You Had Me at Kale Chips

About 18 months ago, I watched a movie called Food Inc.

That movie, along with where I was in my life, and subsequent rounds of research, led me to examine the food that I was eating. It made me cognizant that while shopping at my local Stop N Shop, the vegetables in my cart were coming from 3 continents - and not a single one of those was my own.

At the time, I was working really hard to strengthen and change my body with exercise, and my diet was following suit as much as it could. I joined a CSA (Community Shared Agriculture - essentially buying into a farm), and learned what real, local produce had to offer - EVERYTHING. I struggled with some of the other changes I wanted to implement for my diet. It tasted too good to give up. I couldn't find the type of meat I really wanted to cook, or it was a 40 minute drive to get to one of the more sustainable places in Massachusetts. I was doing a 100% better job than before, but accomplishing roughly 50% of what I wanted to change.

Coming to San Francisco has already changed a lot about me, and perhaps most importantly, it has finally allowed me to experiment with truly changing my diet to be mostly organic, clean, truly balanced and healthy. And I feel lighter, healthier, balanced and grateful.

I am grateful that San Francisco has given me the chance to make a choice for the one body I get to have on this earth. My city is essentially one big CSA. California, due to its climate, allows for readily available produce and meats that are truly local - allowing selection to be greater and giving the consumer (me!) - more choice.

Choices like Kale Chips:

My new love: Kale chips

A shout out to my Vegan friends: I don't know how you do it, but I am glad that you do. Your choice to avoid products like butter and eggs have made for some AMAZING, low-fat options here that have real taste.

And one thing that I recently changed that doesn't have to do with sustainable farming, as much as health: I have cut out almost all dairy from my life (I have to keep in some cheese) and I feel like I don't have stomach pain for the first time in years. My beloved Kale Chips have to compete with my affection for Soy:

I'll take my coffee with soy, thanks. (It made leaving Dunkins easier - they don't serve soy!)

My friend Nicole (who has always been a great model for good eating for our family) wisely tells me that our plates should be colorful - that is how you can know you are eating a good mix of what the earth has to offer. And now at every meal, I check out the colors. Enough greens? Some dark beans? I add in what seems lacking. I juice greens when I'm not feeling particularly excited about a crunchy salad.  I check labels. Organic produce is certified - but not all organic is equal or local! Produce simply can't be sustainably produced at all times of the year - the seasons dictate this to a great extent. Massachusetts in January doesn't lend itself to local strawberries - but they should be very local in the summer! And I've found that there aren't many greens that I DON'T like. Boil it, saute it, eat it raw - low calories, needed minerals. Farmer's Markets offer a great mix of organic and non-organic produce at varying prices, but usually cheaper than your grocery store. Even if some farms aren't certified organic, they may commit to using fewer pesticides or more sustainable farming - and hey, you might get to MEET your farmer.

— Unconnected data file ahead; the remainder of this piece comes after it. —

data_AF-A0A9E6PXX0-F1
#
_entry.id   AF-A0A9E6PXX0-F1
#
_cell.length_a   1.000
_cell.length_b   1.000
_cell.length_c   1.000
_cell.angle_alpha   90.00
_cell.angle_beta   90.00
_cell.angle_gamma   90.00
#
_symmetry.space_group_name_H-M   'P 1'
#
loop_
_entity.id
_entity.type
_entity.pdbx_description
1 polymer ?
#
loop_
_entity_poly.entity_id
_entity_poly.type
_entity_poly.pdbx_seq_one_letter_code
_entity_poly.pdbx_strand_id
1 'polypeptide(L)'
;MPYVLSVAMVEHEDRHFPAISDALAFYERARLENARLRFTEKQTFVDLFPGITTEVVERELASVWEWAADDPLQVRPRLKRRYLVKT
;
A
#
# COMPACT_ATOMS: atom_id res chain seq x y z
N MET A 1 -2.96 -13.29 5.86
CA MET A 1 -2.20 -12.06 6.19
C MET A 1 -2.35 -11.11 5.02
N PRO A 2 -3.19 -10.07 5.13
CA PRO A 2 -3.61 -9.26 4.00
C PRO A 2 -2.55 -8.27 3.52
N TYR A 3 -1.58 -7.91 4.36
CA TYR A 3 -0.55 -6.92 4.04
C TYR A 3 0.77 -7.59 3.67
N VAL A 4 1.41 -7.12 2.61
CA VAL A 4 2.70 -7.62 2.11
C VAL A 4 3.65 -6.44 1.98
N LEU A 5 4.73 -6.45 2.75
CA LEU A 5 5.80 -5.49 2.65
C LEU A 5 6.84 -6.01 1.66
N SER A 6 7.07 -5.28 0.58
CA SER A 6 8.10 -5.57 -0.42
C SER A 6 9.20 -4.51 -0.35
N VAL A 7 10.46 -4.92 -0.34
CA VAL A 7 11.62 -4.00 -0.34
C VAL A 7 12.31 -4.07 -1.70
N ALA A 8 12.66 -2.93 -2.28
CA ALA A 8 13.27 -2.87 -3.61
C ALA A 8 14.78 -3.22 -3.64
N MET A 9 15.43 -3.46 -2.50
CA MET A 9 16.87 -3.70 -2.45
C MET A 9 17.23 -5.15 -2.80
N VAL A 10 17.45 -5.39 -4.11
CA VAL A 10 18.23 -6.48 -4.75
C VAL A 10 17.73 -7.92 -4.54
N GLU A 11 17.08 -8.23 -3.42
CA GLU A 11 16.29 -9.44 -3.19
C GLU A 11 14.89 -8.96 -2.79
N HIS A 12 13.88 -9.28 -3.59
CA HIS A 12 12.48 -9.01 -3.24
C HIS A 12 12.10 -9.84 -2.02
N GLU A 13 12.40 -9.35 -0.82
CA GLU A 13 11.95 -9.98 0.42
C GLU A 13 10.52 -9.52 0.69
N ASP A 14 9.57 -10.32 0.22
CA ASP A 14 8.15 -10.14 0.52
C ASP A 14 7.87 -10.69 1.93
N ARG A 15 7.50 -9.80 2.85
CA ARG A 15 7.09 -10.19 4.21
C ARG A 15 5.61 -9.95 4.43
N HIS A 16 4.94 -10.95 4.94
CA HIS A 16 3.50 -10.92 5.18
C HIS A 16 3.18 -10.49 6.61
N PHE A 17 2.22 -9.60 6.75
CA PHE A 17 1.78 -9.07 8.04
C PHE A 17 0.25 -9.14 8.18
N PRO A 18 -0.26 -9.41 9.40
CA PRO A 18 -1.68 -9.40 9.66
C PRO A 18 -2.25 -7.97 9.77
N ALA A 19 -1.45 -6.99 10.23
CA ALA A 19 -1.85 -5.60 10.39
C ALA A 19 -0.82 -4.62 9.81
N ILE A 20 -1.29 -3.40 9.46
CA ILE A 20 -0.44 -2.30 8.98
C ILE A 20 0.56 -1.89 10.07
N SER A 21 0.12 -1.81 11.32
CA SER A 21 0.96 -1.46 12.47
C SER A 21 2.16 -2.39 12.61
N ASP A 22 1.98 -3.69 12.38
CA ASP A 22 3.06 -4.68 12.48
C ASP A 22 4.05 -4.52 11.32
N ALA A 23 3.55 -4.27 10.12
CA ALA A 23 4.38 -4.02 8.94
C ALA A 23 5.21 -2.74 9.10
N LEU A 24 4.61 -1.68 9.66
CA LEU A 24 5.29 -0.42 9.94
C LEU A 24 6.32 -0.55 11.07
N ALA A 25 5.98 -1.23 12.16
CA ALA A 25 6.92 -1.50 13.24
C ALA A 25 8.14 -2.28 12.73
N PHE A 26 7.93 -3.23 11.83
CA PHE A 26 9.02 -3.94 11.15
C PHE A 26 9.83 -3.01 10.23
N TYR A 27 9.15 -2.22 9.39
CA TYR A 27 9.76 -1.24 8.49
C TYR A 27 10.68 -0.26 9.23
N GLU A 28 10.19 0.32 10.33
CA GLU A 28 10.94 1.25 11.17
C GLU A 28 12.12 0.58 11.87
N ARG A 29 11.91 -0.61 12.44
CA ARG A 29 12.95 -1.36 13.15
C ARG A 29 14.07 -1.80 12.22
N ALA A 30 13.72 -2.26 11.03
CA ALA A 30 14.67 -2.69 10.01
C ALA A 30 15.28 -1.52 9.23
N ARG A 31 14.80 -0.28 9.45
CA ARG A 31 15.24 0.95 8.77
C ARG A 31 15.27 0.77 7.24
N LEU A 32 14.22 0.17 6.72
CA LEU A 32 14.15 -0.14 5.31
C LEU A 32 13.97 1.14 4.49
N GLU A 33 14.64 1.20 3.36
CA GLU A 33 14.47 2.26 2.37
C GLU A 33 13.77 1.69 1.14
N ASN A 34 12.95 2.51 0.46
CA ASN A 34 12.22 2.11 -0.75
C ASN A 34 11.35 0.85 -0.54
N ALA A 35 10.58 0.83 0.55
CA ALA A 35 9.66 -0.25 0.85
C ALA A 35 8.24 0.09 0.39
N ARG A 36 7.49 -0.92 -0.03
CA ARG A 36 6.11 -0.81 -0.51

Farmers Market at the Ferry Building, San Francisco


Finally, and perhaps most controversially, there is meat. I am not ashamed about eating meat, but, for me, it comes with rules that I follow as often as possible: I want it local, and I want it fresh. I want it organic, and perhaps most importantly - I want it to be humane. As an omnivore, I have to accept that living things are required for the diet I choose, and so whenever I can, I try to make a choice that honors that:

Animals should be fed their natural diet - and it SHOULD cost more.
If the average cow being slaughtered for meat is fed cheap (and not very desirable) food, it means that farms will have more costs to cover if they deviate and feed their animals what nature intended. This is why meat that is humanely raised and fed appropriate diets can cost roughly 2x what the average does. I buy my meat at Whole Foods for two reasons: 1. Whole Foods partners with third party auditors to ensure that meat is truly being farmed the way that they believe it should be - and they allow consumers to see the rating for the meat that they consume. 2. It is the closest store to my house. Another option is to buy at Farmers Markets or in Meat CSAs to ensure better welfare for the animals we consume, and this can be cheaper than Whole Foods.

Fish deserve a shout-out as well. Wherever you shop, the person preparing your fish should know if it has been previously frozen and when the fish arrived in the store. Ask what is freshest. Buy that. You would do it at a restaurant - do it when you are the chef!

When I travel for work - which is often - I ask questions. My coworkers laugh a bit about the constant requests for soy, the questions around vegetables, meats, etc. In the end, though, it's my body - and my choices - and that matters.

To be sure, the above diet options mean larger grocery bills. I am blessed to have the flexibility to make a decision that costs more. But a secondary result of my choice is that my body wants to eat at home more - and we have much fewer bills for eating out. The true difference is not as great as it seems.

And for my husband and I - choosing better and more sustainable eating means having and making a meal together - planning more meals around our diet, and making better choices.  Ultimately it means more time together. Priceless.